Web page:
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Contact the Colorectal Center access coordinator:
A colonoscopy is considered the primary and most effective screening technique to screen patients ages 50 to 75 for colorectal cancer. If you are older than 75, ask your doctor if you should be screened.
A colonoscopy is a safe, private and usually painless procedure that takes about 30 minutes to complete. A colonoscopy may be done in a hospital outpatient department, clinic or in a doctor’s office.
During the procedure, a general surgeon or gastroenterologist (a doctor who specializes in identifying and treating gastrointestinal diseases) uses a colonoscope to see the entire colon. A colonoscope is a long, flexible tube. If a polyp is found, the doctor may remove it during your colonoscopy.
During your colonoscopy, the doctor may use the colonoscope to take a biopsy – a small tissue sample – if anything looks abnormal. The tissue sample will be sent to the lab for further testing.
For the test to be effective, the colon and rectum must be empty and clean.
You will take medication to clean out your colon the day before the test and may be prescribed an enema that morning. Your doctor will give you instructions to help you prepare for your colonoscopy. Read the instructions carefully a few days before your colonoscopy since you may need to shop for special supplies and get laxatives from a drug store. If you have any questions, call your doctor's office to review instructions with the nurse.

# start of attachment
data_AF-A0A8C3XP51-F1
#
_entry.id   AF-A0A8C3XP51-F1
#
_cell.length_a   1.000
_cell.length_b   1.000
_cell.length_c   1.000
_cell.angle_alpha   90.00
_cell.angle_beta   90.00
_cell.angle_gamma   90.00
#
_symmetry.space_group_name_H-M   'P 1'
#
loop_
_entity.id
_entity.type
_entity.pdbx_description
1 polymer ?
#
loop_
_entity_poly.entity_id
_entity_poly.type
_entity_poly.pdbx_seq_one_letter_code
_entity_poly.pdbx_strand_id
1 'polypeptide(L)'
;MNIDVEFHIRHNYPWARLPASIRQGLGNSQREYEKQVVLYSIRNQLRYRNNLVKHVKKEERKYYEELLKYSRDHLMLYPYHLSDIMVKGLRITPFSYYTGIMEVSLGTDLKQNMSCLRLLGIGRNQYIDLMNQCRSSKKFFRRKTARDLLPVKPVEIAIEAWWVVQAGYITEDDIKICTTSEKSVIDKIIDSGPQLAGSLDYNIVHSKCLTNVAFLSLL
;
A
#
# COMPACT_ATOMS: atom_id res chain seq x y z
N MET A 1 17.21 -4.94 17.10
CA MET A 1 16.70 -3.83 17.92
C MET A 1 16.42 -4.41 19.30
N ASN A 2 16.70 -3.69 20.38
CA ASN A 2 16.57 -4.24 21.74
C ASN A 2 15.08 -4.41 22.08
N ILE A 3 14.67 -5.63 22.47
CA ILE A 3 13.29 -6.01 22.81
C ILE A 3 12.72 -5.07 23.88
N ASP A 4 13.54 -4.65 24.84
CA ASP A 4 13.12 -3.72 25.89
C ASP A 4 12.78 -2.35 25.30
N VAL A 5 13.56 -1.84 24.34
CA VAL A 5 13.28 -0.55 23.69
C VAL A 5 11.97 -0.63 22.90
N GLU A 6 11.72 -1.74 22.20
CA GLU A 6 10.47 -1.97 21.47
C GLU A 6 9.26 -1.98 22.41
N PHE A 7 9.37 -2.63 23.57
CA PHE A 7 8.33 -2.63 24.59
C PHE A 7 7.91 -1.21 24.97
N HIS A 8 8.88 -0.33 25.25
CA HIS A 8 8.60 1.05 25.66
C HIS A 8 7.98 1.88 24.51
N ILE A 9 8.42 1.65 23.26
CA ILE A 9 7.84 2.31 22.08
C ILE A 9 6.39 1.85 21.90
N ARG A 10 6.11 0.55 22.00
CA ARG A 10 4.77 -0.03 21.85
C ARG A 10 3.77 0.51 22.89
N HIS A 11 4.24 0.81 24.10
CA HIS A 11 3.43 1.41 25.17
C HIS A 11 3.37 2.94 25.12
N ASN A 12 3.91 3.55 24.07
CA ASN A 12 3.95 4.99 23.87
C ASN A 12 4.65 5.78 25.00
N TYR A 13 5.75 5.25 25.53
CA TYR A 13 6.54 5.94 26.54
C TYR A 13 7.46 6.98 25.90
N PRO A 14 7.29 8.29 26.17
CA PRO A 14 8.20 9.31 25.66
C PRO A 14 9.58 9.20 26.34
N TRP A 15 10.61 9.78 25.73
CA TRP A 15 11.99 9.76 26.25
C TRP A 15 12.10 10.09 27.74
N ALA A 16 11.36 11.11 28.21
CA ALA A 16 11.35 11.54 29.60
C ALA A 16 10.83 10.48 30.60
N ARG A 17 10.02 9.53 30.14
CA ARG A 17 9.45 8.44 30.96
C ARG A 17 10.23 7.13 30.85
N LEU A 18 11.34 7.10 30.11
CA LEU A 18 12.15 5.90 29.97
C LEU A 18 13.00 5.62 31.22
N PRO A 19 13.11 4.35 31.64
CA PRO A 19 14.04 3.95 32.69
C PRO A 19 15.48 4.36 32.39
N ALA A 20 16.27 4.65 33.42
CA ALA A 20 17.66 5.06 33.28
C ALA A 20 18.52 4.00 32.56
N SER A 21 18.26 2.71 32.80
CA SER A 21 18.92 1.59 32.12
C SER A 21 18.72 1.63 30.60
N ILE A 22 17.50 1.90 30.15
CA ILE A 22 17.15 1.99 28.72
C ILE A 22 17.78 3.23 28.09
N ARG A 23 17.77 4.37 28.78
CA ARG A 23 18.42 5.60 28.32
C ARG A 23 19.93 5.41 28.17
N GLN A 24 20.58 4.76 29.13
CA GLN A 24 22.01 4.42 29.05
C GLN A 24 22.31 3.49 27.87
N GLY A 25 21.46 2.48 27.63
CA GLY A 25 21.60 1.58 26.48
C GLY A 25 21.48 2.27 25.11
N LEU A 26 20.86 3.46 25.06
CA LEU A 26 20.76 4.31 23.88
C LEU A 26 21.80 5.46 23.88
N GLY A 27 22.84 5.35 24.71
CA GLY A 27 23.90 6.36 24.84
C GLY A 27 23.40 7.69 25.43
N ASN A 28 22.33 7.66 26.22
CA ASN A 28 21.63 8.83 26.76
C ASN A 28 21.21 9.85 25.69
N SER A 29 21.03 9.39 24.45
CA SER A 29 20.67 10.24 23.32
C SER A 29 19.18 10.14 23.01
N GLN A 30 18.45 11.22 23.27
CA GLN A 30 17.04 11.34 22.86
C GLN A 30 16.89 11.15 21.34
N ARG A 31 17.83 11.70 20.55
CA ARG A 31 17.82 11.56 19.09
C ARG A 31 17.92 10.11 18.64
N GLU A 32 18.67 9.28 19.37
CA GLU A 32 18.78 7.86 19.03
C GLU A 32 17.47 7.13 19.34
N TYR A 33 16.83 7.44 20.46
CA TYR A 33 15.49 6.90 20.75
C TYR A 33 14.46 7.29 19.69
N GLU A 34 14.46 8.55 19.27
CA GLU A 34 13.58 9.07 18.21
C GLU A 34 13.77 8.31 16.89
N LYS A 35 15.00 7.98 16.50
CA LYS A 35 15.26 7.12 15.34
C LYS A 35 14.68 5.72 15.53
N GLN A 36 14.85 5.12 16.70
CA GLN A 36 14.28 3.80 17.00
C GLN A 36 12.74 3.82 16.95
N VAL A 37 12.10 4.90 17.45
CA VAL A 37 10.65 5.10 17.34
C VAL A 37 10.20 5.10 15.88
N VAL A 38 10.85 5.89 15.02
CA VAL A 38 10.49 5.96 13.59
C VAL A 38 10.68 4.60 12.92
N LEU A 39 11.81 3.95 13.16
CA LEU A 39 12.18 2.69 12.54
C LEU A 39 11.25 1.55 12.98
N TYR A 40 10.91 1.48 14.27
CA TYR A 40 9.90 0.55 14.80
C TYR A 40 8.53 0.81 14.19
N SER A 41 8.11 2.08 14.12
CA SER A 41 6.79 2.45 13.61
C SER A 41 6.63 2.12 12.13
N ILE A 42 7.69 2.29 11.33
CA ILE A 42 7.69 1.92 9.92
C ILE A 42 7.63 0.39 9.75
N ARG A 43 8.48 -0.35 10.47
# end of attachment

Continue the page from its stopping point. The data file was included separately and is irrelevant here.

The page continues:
Many patients find the bowel preparation to be the most unpleasant part of the test. The medication you take to clean out your colon will most likely cause you to be in the bathroom quite a bit. You may be given other instructions, too, such as foods to avoid before the test.
Be sure your doctor is aware of any medications you are taking, as you may need to change how you take them before the test.
The test usually takes about 30 minutes, but it may take longer if a polyp is found and removed. Before the test begins, you will be given medication through an IV to make you feel comfortable and sleepy. You may be awake, but you will not be aware of what is going on and may not remember the test afterward.
If a small polyp is found, your doctor may remove it. If your doctor sees a larger polyp or tumor or anything else not normal, a biopsy may be done at the same time. To do this, a small tissue sample is taken out through the colonoscope. The tissue is looked at under a microscope to see whether it is a cancerous growth, a benign (non-cancerous) growth or a result of inflammation.
Plan to have someone drive you home from the test because the medication used can affect your ability to drive. Some people may experience gas pains or cramping after the test, but most feel fine once the medication wears off completely.
Colorectal cancer is malignant cells found in the colon or rectum.
The Colorectal Cancer Screening Navigator Program at Mass General Chelsea Healthcare Center is reducing disparities in screening rates among minority patients.
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